Friday, January 23, 2009


I continue today with Thomas Carlyle’s letter to Henry Inglis, a young man 11 years his junior. Carlyle continues with the advice he had given earlier in the letter.

My earnest often-repeated advice to you, therefore, is: Persevere! Persevere! In all practical, in all intellectual excellence think no acquirement enough. Throw aside all frivolity; walk not with the world, where it is walking wrong; war ad necem [to the death] with Pride and Vanity and all forms of Self-conceit within you; be diligent in season and out of season! It depends on you, whether we are one day to have another man, or only another money-gaining and money-spending Machine.

So Carlyle tells the young Mr. Inglis not to give up. We find no end of such advice in the world. Persevere. Don’t give up. Keep going. Run the race faster, stronger, longer. Even the Apostle Paul got in on this type of advice.

Yes, in whatever endeavor we undertake, we need to do so having counted the cost, knowing what will be required of us, and persevering to the end. But what happens if the cost is too much? We are also cautioned in scripture, by the Savior himself, against beginning something we don’t have the wherewithal to finish—towers and war and such metaphors applying.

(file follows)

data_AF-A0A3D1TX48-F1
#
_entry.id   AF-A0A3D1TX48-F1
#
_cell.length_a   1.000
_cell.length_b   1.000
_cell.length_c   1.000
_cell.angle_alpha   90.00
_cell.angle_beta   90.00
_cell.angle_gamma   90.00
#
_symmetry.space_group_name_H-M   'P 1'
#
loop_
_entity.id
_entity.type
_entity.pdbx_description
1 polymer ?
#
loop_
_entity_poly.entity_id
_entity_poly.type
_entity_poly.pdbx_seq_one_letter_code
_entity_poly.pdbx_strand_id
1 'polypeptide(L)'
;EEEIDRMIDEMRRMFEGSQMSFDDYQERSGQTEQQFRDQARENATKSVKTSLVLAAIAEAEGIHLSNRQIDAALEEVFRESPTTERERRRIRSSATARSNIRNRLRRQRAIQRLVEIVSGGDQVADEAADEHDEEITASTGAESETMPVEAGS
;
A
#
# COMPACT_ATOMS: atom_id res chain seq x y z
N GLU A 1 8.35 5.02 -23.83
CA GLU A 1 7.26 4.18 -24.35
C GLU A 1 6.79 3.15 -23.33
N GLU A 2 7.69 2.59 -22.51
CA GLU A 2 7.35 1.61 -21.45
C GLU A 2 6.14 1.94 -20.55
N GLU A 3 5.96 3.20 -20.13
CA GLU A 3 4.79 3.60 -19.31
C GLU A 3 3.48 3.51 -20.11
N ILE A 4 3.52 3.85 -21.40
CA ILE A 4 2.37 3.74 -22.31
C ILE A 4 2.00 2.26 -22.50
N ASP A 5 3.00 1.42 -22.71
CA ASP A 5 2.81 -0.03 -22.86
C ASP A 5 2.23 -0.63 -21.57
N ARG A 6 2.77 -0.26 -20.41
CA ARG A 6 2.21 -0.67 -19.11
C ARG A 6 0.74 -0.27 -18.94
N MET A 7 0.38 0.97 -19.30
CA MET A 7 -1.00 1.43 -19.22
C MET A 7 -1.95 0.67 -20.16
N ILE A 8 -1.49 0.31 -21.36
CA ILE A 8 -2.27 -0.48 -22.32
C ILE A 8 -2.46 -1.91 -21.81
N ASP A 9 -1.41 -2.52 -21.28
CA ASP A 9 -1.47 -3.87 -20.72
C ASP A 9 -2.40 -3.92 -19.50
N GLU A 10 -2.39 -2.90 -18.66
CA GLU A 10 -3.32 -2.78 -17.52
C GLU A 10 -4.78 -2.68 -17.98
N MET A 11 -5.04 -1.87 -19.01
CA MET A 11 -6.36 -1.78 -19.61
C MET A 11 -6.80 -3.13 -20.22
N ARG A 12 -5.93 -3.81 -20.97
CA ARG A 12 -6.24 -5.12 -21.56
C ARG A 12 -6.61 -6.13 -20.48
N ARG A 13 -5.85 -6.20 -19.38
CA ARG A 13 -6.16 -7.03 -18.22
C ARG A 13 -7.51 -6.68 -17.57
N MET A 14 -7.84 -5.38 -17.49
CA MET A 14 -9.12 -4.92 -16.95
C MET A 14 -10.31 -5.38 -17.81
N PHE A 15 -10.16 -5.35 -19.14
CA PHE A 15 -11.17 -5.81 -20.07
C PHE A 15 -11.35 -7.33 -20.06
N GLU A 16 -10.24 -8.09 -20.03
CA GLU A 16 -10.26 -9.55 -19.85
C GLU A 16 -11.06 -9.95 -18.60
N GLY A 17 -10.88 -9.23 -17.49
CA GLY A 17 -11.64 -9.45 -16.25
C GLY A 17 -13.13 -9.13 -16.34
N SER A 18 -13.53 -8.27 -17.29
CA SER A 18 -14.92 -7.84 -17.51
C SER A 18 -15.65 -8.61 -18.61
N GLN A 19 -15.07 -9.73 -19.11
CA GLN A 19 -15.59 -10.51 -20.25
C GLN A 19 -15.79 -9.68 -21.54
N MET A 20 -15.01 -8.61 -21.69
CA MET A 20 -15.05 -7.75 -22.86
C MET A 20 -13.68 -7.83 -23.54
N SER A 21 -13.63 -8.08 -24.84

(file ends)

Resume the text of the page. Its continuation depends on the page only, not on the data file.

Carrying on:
In the matter of writing, that’s where I am. Am I simply not persevering, or have I finally counted the cost and determined that I don’t have the wherewithal to finish? God, please help me to know.


Anonymous said...

Emily Dickenson published nothing officially (although her friends got of few of her poems published anonymously) during her lifetime. She wrote because her observations of the world just couldn't stay bottled up. Her poems were modern before their time, insightful in novel and fascinating ways, and inspirational to generations following her.

That's reason enough for anyone with that internal perceptive spark to keep on writing ...

David A. Todd said...

Thanks for coming by, reading, and commenting, Anonymous.

Yes, enough spark to keep on writing, but perhaps not enough to bother trying to become published.